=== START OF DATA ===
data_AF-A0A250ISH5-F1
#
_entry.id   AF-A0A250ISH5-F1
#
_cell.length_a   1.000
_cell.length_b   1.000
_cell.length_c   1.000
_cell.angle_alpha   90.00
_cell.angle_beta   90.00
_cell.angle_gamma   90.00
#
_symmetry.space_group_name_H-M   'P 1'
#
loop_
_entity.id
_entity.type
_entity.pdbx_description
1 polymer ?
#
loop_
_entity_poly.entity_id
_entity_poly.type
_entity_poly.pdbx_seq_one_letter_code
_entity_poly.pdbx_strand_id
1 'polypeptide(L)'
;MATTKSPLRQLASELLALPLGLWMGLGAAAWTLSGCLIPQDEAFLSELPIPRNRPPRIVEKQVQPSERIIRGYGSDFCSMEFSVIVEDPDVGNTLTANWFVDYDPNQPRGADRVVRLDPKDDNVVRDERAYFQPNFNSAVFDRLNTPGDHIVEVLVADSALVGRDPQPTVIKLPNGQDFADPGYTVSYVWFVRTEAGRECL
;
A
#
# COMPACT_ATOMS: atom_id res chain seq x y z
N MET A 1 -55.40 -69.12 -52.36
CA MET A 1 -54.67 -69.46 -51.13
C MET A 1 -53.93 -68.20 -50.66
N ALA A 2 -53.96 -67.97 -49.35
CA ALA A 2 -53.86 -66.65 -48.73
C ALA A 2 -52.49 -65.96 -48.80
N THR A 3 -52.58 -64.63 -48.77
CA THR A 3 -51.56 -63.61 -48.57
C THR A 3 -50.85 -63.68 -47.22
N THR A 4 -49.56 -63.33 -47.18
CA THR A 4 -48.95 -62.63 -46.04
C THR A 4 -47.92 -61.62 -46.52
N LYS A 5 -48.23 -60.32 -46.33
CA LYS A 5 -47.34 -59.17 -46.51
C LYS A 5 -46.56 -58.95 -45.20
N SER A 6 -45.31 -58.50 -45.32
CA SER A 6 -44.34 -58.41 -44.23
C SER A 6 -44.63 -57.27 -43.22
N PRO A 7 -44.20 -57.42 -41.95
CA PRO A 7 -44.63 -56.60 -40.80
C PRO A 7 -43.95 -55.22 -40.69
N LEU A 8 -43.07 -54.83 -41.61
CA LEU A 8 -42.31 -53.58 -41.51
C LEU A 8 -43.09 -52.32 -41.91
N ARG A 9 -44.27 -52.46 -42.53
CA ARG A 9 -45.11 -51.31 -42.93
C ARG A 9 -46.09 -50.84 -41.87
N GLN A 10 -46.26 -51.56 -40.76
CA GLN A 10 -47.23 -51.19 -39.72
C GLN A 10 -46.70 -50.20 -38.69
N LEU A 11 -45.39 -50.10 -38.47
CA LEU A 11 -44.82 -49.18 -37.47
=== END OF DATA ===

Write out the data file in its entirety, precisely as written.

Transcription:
data_AF-A0A250ISH5-F1
#
_entry.id   AF-A0A250ISH5-F1
#
_cell.length_a   1.000
_cell.length_b   1.000
_cell.length_c   1.000
_cell.angle_alpha   90.00
_cell.angle_beta   90.00
_cell.angle_gamma   90.00
#
_symmetry.space_group_name_H-M   'P 1'
#
loop_
_entity.id
_entity.type
_entity.pdbx_description
1 polymer ?
#
loop_
_entity_poly.entity_id
_entity_poly.type
_entity_poly.pdbx_seq_one_letter_code
_entity_poly.pdbx_strand_id
1 'polypeptide(L)'
;MATTKSPLRQLASELLALPLGLWMGLGAAAWTLSGCLIPQDEAFLSELPIPRNRPPRIVEKQVQPSERIIRGYGSDFCSMEFSVIVEDPDVGNTLTANWFVDYDPNQPRGADRVVRLDPKDDNVVRDERAYFQPNFNSAVFDRLNTPGDHIVEVLVADSALVGRDPQPTVIKLPNGQDFADPGYTVSYVWFVRTEAGRECL
;
A
#
# COMPACT_ATOMS: atom_id res chain seq x y z
N MET A 1 -55.40 -69.12 -52.36
CA MET A 1 -54.67 -69.46 -51.13
C MET A 1 -53.93 -68.20 -50.66
N ALA A 2 -53.96 -67.97 -49.35
CA ALA A 2 -53.86 -66.65 -48.73
C ALA A 2 -52.49 -65.96 -48.80
N THR A 3 -52.58 -64.63 -48.77
CA THR A 3 -51.56 -63.61 -48.57
C THR A 3 -50.85 -63.68 -47.22
N THR A 4 -49.56 -63.33 -47.18
CA THR A 4 -48.95 -62.63 -46.04
C THR A 4 -47.92 -61.62 -46.52
N LYS A 5 -48.23 -60.32 -46.33
CA LYS A 5 -47.34 -59.17 -46.51
C LYS A 5 -46.56 -58.95 -45.20
N SER A 6 -45.31 -58.50 -45.32
CA SER A 6 -44.34 -58.41 -44.23
C SER A 6 -44.63 -57.27 -43.22
N PRO A 7 -44.20 -57.42 -41.95
CA PRO A 7 -44.63 -56.60 -40.80
C PRO A 7 -43.95 -55.22 -40.69
N LEU A 8 -43.07 -54.83 -41.61
CA LEU A 8 -42.31 -53.58 -41.51
C LEU A 8 -43.09 -52.32 -41.91
N ARG A 9 -44.27 -52.46 -42.53
CA ARG A 9 -45.11 -51.31 -42.93
C ARG A 9 -46.09 -50.84 -41.87
N GLN A 10 -46.26 -51.56 -40.76
CA GLN A 10 -47.23 -51.19 -39.72
C GLN A 10 -46.70 -50.20 -38.69
N LEU A 11 -45.39 -50.10 -38.47
CA LEU A 11 -44.82 -49.18 -37.47